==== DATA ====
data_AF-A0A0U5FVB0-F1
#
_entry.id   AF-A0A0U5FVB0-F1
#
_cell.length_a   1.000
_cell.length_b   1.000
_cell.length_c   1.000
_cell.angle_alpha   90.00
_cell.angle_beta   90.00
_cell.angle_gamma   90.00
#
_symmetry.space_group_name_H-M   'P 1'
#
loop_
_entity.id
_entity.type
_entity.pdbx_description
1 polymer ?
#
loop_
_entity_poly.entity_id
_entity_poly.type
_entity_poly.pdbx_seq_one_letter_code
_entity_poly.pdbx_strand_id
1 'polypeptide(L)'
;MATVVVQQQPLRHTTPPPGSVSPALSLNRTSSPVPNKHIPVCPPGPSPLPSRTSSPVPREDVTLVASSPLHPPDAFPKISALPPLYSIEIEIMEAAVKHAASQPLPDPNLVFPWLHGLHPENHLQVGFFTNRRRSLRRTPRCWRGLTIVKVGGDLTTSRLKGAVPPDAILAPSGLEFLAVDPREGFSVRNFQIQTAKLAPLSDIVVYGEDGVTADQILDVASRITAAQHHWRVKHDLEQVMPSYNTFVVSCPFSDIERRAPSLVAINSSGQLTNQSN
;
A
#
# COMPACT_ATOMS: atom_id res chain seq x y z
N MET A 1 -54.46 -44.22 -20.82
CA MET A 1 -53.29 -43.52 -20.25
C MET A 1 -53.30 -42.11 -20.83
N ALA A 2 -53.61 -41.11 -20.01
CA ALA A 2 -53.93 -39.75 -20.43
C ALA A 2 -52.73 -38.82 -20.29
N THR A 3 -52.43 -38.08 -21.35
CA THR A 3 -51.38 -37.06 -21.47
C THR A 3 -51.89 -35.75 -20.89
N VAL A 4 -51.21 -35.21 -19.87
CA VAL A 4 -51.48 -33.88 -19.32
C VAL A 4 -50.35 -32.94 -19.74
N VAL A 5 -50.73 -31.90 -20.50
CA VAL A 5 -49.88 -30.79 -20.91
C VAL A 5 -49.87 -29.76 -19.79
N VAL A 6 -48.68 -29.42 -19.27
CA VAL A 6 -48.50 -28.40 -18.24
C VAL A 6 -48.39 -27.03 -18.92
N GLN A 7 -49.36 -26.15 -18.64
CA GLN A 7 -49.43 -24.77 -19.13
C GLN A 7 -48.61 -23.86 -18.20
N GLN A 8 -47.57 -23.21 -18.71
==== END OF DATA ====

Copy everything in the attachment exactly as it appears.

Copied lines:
data_AF-A0A0U5FVB0-F1
#
_entry.id   AF-A0A0U5FVB0-F1
#
_cell.length_a   1.000
_cell.length_b   1.000
_cell.length_c   1.000
_cell.angle_alpha   90.00
_cell.angle_beta   90.00
_cell.angle_gamma   90.00
#
_symmetry.space_group_name_H-M   'P 1'
#
loop_
_entity.id
_entity.type
_entity.pdbx_description
1 polymer ?
#
loop_
_entity_poly.entity_id
_entity_poly.type
_entity_poly.pdbx_seq_one_letter_code
_entity_poly.pdbx_strand_id
1 'polypeptide(L)'
;MATVVVQQQPLRHTTPPPGSVSPALSLNRTSSPVPNKHIPVCPPGPSPLPSRTSSPVPREDVTLVASSPLHPPDAFPKISALPPLYSIEIEIMEAAVKHAASQPLPDPNLVFPWLHGLHPENHLQVGFFTNRRRSLRRTPRCWRGLTIVKVGGDLTTSRLKGAVPPDAILAPSGLEFLAVDPREGFSVRNFQIQTAKLAPLSDIVVYGEDGVTADQILDVASRITAAQHHWRVKHDLEQVMPSYNTFVVSCPFSDIERRAPSLVAINSSGQLTNQSN
;
A
#
# COMPACT_ATOMS: atom_id res chain seq x y z
N MET A 1 -54.46 -44.22 -20.82
CA MET A 1 -53.29 -43.52 -20.25
C MET A 1 -53.30 -42.11 -20.83
N ALA A 2 -53.61 -41.11 -20.01
CA ALA A 2 -53.93 -39.75 -20.43
C ALA A 2 -52.73 -38.82 -20.29
N THR A 3 -52.43 -38.08 -21.35
CA THR A 3 -51.38 -37.06 -21.47
C THR A 3 -51.89 -35.75 -20.89
N VAL A 4 -51.21 -35.21 -19.87
CA VAL A 4 -51.48 -33.88 -19.32
C VAL A 4 -50.35 -32.94 -19.74
N VAL A 5 -50.73 -31.90 -20.50
CA VAL A 5 -49.88 -30.79 -20.91
C VAL A 5 -49.87 -29.76 -19.79
N VAL A 6 -48.68 -29.42 -19.27
CA VAL A 6 -48.50 -28.40 -18.24
C VAL A 6 -48.39 -27.03 -18.92
N GLN A 7 -49.36 -26.15 -18.64
CA GLN A 7 -49.43 -24.77 -19.13
C GLN A 7 -48.61 -23.86 -18.20
N GLN A 8 -47.57 -23.21 -18.71